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May 07, 2013

CFP: Development of Russian Law-VI: Between Tradition and Modernity (October 17-18, 2013; Helsinki)

Deadline: September 1, 2013

Development of Russian Law-VI: Between Tradition and Modernity

International Conference
October 17-18, 2013
Faculty of Law
University of Helsinki

Call for papers

In the past year, Russian law has faced a number of challenges testing its
cohesiveness and the level of development, together with the rule of law
and democracy. The State Duma election fraud, the Pussy Riot case, the
Magnitsky case, anti-gay laws, anti-opposition measures and, finally, the
“anti-Magnitsky law” underlined the use of law for the goals of an
authoritarian political regime, resembling methods and attitudes of Soviet
positive law-making. Many of the 2011-2012 laws have been passed in an
attempt to regulate private behavior and to test the limits of personal
liberty, as individuals understand it.

In the present situation, legal research faces many challenges of its own.
After the 1990s, the age of experiments, swift denials and democratic
debates, Russian legal science together with other social sciences and
humanities entered a period of stabilization and a quiet state of rigid
conservatism even worse than in the thriving age of Soviet ideological
control, because today Russia is officially viewed as a “democratic state”
and there is no need to struggle with the regime and hide your ideas
behind the crafted narrative of supposedly official discourse. Any
scholar is relatively free to define his or her research interests,
methodology and the area of study, as well as to express their bright and
challenging ideas through access to a wide range of academic journals.
However, the focus of lawyers today is mostly on the normative substance
of Russian rules and institutions – real law and legal reasoning – and
less on the socio-economic dimension. Legal research tends to concentrate
on purely legal issues and withdraw from the uncertainties of other
social sciences through careful avoidance of interdisciplinarity. I. Iu.
Kozlikhin expressed his disagreement with “pointless and even detrimental
usage of ‘alien’terminology” in one of his recent articles, while
criticizing hermeneutics, legal anthropology and communicative theory in
their application to law and legal theory.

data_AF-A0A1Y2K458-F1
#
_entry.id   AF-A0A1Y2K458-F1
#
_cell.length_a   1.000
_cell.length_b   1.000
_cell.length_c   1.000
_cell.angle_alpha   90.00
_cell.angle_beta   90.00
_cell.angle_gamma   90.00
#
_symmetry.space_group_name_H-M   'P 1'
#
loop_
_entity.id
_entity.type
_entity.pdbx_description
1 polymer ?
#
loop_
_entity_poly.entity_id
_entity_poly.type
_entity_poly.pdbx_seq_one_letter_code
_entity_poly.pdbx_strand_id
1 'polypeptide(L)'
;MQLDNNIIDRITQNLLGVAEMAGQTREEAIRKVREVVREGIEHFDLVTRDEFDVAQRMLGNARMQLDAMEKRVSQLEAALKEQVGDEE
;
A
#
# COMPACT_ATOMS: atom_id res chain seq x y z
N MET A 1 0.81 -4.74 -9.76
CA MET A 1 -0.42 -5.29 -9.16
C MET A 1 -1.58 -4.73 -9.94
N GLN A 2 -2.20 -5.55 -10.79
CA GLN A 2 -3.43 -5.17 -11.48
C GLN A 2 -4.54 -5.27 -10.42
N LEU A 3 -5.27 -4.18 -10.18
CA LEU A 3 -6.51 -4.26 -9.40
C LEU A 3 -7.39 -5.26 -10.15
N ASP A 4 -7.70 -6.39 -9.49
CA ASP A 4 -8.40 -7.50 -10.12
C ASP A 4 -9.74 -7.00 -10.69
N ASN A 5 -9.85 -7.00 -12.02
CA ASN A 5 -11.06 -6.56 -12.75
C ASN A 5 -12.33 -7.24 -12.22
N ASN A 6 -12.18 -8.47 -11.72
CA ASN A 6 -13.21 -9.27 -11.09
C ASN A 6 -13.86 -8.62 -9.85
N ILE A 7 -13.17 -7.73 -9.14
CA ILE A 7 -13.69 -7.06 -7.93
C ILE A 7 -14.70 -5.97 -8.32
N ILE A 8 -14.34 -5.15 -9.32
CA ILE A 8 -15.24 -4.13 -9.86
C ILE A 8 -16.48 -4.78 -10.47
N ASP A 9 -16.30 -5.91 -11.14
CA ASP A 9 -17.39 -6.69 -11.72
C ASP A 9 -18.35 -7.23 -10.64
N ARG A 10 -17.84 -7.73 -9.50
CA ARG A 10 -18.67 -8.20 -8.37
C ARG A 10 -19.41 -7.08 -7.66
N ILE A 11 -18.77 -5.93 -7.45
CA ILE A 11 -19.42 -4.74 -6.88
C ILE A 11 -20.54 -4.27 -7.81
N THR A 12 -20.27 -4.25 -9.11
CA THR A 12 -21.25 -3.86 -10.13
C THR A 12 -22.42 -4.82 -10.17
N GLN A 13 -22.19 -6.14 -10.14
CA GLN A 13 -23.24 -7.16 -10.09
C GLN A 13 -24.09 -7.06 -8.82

The Institute of International Economic Law at the Faculty of Law of the
University of Helsinki is pleased to announce the consecutive conference
in Development of Russian law, which will take place in Helsinki on
October 17-18, 2013. This conference continues the series of workshops,
seminars, and conferences in Russian law, organized by the Faculty of Law
since 2008. This annual event is devoted to discussions of the new and
important topics within the field of Russian law and legal studies. The
2013 theme is development of Russian law between tradition and modernity
and what choices and strategies it makes in the present-day situation.

The conference utilizes the bottom-up approach as to call for papers: Any
topic within the sphere of Russian law which is considered important
and/or crucial for the development of Russian law and legal studies by the
applicant is welcome to be submitted as a proposal for conference
participation. We especially encourage younger scholars and graduate
students to apply. We also welcome legal researchers from across
disciplines to join our discussions of Russian law.

The conference format suggests giving sufficient time for both presenting
scholars’ findings and discussion. The sessions are composed of major
presentation (40 mins) and two co-presentations (20 mins) on the similar
issue followed by a general discussion. At this point we invite proposals

- major presentations (40 mins);

- co-presentations (20 mins).
We also encourage complete session proposals.

Please, indicate in your proposal what type of the presentation you would
like to give.

The working language of the conference is English. All presentations and
discussions are held in this language.

Please, include the following in your proposal:

- Name;

- Affiliation;

- Contact information;

- Title of your talk;

- Abstract (200-400 words). In case of session proposals, please,
include the abstract for the session (400 words) and for each paper (100

The proposals shall be sent to
katti-admin@helsinki.fi with the mention of
Development of Russian Law-VI in the subject matter by September, 1st, 2013.

If you have any questions, please contact Dr. Marianna Muravyeva,
Docentti, Senior Researcher,

Posted by sarayu at May 7, 2013 12:58 PM